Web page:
The new NX is a little longer and wider (by 20 millimetres each way), and 5 millimetres taller than the previous model, and if anything, its wedgy looks have been softened for the better. Even that blackened-out front grille doesn’t seem quite so offensive as before. At the front, the headlamps and daytime running lights have been switched around and reshaped, and at the rear, there’s a thin, good-looking light bar that stretches the width of the tailgate.
The cabin is very refined and comfortable, as you’d expect. Seats are spacious in both the front and rear, and the fit and finish is exemplary. Lexus has a well-deserved reputation for this.
The party piece is the optional 14-inch centre display touch screen, which is huge and practical, though the standard screen is no slouch at 9.8 inches. Most important, the touchpad controller is gone, as Lexus has finally accepted it’s more frustrating than helpful – drivers would move their fingers around a touchpad on the centre console to direct a mouse around the screen, and it was fiddly and inaccurate. Acura has a similar system, and here’s hoping it will also be killed sooner rather than later.
The quickest of the four powertrains is actually the 450h+ PHEV, which will zip from standstill to 100 kilometres an hour in 6.2 seconds. The 350 is right behind it at 6.8 seconds (a half-second quicker than the outgoing non-hybrid), while the 350h and 250 bring up the rear at 7.4 and 8.8 seconds, respectively.
Of course, performance isn’t just about stomping on the right pedal. All four trims are quite pleasant to drive on any kind of highway, but the F-Sport Handling models felt more invigorating through the curves with their adaptive suspension, stiffer dampers, and 20-inch wheels.
The list is long as the NX rolls out Lexus Safety System+ 3.0. This adds detection of pedestrians and vehicles (now including motorcycles) crossing at intersections, with automatic braking if needed, as well as curve speed management to slow the vehicle around turns without deactivating cruise control.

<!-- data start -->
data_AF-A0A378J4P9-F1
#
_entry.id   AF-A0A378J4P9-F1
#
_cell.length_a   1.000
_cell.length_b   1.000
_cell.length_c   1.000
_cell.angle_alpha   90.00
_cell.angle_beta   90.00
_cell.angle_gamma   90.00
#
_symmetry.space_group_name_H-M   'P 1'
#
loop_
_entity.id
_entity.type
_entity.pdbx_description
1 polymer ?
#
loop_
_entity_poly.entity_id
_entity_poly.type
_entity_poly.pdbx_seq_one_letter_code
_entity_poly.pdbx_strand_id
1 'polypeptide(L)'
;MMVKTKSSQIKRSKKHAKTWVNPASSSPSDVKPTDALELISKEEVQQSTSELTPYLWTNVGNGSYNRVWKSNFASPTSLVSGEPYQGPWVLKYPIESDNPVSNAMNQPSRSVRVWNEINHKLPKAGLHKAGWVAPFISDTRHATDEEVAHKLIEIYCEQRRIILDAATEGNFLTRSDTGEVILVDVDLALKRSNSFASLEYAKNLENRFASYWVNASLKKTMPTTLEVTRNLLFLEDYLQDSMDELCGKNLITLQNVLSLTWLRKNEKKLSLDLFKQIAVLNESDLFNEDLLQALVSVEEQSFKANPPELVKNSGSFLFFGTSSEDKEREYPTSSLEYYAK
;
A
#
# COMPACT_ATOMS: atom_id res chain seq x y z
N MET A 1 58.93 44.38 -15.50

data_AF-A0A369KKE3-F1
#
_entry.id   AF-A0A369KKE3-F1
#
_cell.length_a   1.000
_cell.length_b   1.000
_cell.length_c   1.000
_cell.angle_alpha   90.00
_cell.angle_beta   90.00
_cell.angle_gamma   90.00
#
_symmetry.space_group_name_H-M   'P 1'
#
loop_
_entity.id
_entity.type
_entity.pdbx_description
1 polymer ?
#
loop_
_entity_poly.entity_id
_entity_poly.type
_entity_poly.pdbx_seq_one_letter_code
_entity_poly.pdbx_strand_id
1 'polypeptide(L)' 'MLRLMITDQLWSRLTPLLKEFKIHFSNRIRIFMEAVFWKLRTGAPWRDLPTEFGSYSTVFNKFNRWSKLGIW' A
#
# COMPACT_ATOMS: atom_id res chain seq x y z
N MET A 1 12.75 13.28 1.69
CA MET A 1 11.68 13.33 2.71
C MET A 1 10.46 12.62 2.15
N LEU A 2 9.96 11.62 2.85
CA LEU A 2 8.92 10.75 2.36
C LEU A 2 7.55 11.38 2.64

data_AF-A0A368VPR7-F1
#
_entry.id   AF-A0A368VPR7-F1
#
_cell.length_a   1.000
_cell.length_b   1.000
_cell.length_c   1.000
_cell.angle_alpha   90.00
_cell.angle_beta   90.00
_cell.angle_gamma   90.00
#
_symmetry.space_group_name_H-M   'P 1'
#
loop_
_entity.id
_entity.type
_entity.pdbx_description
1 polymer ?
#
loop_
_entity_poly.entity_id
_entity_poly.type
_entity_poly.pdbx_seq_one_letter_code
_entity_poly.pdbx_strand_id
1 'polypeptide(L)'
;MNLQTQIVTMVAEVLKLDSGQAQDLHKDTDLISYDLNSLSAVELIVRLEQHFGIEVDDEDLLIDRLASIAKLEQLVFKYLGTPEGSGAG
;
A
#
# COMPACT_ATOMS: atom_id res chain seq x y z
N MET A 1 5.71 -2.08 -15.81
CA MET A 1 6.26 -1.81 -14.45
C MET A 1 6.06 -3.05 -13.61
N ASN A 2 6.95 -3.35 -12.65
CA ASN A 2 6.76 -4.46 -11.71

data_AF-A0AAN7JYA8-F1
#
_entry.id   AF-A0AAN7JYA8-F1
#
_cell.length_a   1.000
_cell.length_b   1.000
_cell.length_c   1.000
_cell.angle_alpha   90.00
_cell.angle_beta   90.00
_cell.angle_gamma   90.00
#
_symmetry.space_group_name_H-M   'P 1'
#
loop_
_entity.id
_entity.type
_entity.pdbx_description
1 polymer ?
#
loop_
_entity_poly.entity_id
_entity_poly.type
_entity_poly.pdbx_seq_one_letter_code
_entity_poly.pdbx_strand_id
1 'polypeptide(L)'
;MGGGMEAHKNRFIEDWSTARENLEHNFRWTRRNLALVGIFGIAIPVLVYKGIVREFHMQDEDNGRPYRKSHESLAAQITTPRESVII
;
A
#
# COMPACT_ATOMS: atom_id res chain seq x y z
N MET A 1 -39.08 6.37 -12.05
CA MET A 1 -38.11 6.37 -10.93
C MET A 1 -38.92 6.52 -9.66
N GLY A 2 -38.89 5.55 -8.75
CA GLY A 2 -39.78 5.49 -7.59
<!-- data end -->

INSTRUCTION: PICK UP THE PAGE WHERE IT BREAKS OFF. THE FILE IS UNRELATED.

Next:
A smart addition, standard on all models, is the detection system that prevents the doors being opened if the NX is parked and there’s a vehicle or bicycle approaching on the side. This has been featured on Hyundais and Kias for the past couple of years. As well, the doors are opened with just an electronic push button – that’s straight out of the Corvette playbook.
Your smartphone will now be an even more integral part of the vehicle. The NX hybrid and PHEV can be paired to your phone, and up to seven others, so that you can leave the keys at home.
There’s reasonable space in the back, with luggage room behind the rear seats increased by almost 14 per cent in all models except the basic 250. That’s because those more powerful models now use run-flat tires and this creates more room under the rear deck, since there’s no longer a spare tire. The 250 still uses regular tires however, and carries a spare in that extra space.
This is a very impressive reimagination and expansion for the second-generation of the NX. Lexus wants the NX to outsell its larger RX SUV, and this pricing and long list of features should help achieve that. It also expects electrified models – the hybrid and PHEV – to account for at least half of NX sales, up from about 20 per cent before, especially since the hybrid is only $1,000 more than the equivalent NX 350.
The RAV4 is a significantly less expensive proposition, but if you want the premium feel of a Lexus and the fun-to-drive factor, it’s competitively priced and will surely be a popular vehicle in its segment.
The writer was a guest of the automaker. Content was not subject to approval.